Implications

The plaintiffs are seeking a larger class-action suit with other app developers. Not only is Apple facing multiple antitrust claims in this lawsuit and others, but there are also reports that President Donald Trump’s administration is preparing antitrust investigations into big tech. The U.S. Justice Department has disclosed plans to scrutinize tech platforms like Google, Apple, Facebook, and Amazon. President Trump has repeatedly accused these companies of bias against conservative views, and directly threatened Amazon with antitrust enforcement and higher shipping fees. Meanwhile, on the other side of the political spectrum, U.S. senator and presidential candidate Elizabeth Warren has published a 1,700-word blog post titled “Here’s How We Can Break Up Big Tech.” The article advocated for splitting up companies like Apple, Amazon, and Google and called for antitrust enforcement. Warren’s policies would restrict Apple from offering apps that compete with similar services available through its App Store.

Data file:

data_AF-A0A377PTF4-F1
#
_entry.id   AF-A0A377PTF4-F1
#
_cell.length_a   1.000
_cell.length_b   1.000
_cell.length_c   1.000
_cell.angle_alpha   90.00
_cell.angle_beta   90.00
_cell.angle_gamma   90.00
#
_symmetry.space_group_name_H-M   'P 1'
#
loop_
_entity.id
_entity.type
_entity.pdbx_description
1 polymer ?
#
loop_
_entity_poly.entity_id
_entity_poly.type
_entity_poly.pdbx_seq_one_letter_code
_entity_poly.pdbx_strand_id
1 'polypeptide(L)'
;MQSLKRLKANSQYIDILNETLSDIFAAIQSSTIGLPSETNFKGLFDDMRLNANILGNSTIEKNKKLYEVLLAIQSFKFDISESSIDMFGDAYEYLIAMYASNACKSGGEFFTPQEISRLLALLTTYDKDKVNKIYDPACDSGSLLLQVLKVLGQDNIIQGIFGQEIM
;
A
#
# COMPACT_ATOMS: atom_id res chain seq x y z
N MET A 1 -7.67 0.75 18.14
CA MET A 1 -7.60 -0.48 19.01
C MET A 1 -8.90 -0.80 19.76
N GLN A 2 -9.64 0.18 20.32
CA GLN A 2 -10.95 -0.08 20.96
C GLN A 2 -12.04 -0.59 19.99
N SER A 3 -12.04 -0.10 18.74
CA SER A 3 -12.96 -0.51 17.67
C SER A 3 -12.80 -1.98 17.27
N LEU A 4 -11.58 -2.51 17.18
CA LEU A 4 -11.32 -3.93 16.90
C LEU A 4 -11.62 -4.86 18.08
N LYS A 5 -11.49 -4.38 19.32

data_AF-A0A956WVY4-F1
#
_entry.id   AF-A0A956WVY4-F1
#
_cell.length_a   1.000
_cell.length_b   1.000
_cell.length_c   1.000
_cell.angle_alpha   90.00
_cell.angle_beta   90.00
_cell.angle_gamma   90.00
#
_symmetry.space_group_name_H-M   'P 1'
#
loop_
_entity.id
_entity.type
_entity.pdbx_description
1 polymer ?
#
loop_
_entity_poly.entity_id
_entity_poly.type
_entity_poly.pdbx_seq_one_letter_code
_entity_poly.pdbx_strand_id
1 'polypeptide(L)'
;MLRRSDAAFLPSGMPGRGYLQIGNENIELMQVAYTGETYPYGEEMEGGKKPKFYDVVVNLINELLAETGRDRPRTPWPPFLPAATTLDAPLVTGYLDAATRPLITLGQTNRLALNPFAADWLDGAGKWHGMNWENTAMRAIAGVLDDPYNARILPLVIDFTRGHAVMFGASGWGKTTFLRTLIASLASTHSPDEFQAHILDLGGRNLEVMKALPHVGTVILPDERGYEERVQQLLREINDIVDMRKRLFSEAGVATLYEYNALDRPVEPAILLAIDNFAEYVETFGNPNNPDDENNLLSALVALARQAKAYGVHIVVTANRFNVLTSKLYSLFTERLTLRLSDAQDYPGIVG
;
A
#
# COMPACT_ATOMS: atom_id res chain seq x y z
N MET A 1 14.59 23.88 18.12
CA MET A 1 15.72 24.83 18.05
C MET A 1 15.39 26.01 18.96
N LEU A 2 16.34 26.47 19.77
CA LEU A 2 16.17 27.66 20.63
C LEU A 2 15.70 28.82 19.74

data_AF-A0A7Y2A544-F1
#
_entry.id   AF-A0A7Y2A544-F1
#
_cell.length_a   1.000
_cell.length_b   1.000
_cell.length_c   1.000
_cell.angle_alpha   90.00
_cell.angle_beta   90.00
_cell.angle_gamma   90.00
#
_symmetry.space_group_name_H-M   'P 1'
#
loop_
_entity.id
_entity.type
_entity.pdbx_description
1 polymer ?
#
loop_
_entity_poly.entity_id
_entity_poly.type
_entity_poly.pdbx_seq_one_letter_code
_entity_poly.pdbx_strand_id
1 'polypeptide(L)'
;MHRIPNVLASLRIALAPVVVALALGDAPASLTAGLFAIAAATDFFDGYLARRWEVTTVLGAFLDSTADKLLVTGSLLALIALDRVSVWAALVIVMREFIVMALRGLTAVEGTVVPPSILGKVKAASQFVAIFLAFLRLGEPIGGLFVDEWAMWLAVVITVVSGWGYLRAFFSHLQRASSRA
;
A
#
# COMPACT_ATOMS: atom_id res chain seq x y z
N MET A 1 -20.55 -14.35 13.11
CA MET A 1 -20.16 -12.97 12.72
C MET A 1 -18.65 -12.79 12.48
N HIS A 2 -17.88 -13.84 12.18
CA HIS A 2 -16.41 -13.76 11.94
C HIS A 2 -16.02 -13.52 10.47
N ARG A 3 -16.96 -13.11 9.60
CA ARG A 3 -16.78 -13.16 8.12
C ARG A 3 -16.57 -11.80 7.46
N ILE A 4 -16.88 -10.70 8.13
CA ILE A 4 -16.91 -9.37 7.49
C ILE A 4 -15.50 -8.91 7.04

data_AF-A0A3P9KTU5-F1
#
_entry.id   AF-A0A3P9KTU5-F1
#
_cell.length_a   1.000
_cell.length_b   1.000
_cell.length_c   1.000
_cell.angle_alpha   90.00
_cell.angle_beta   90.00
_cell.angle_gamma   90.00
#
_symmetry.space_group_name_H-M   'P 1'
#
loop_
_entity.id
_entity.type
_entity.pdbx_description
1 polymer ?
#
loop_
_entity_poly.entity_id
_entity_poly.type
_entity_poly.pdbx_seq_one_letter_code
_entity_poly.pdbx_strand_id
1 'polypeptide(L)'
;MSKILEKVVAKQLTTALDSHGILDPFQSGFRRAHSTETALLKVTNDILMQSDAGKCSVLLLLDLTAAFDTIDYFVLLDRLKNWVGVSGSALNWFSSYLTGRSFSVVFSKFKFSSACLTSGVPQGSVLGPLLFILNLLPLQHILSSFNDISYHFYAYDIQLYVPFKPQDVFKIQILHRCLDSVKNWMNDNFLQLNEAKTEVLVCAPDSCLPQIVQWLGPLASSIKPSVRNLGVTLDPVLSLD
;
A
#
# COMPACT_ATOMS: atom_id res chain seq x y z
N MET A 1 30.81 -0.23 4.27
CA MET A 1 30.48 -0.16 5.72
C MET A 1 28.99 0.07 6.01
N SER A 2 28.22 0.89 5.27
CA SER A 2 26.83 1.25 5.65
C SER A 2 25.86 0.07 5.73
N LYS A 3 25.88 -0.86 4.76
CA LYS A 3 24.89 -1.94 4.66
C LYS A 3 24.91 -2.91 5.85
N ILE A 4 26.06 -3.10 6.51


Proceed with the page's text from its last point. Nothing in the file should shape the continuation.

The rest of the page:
The legal interpretation of antitrust laws since the 1970’s has been that these rules can only be applied in cases where consumers are harmed, usually through rising prices. However, when applying these regulations to tech giants like Amazon and Apple, the evidence shows that prices are actually decreasing. In Amazon’s case, there is no question that the tech giant is taking a large market share of online retail. However, consumers have decided to purchase products from Amazon due to their low fees and not because they have been forced to purchase products for high prices, as is the case in antitrust. This dilemma is investigated in a paper titled “Amazon’s Antitrust Paradox.”

 These cases all contribute to important questions about antitrust laws and how they can be applied to today’s companies. Established monopoly regulations were created to restrict Rockefeller’s Standard Oil Company and Carnegie’s Steel Company among others. If policymakers do not recognize that online retail and app markets are distinctly different from these companies of the past, then questions about antitrust standards will remain unanswered.

 While it is doubtful that tech giants will be successfully “busted” in the next few years, these allegations will likely gain more support and multiply in the next decade. Furthermore, antitrust in the tech industry has gained support from both conservatives and liberals, making it more likely to be enforced. The claims named by Cameron and others do not include additional suits involving infringement of data privacy rights by tech giants. With the rise of technology and data, it is necessary to adapt antiquated antitrust and monopoly policies to the modern era.

 

Arjun Rao is a sophomore from Seattle, WA studying Computer Science and Psychology.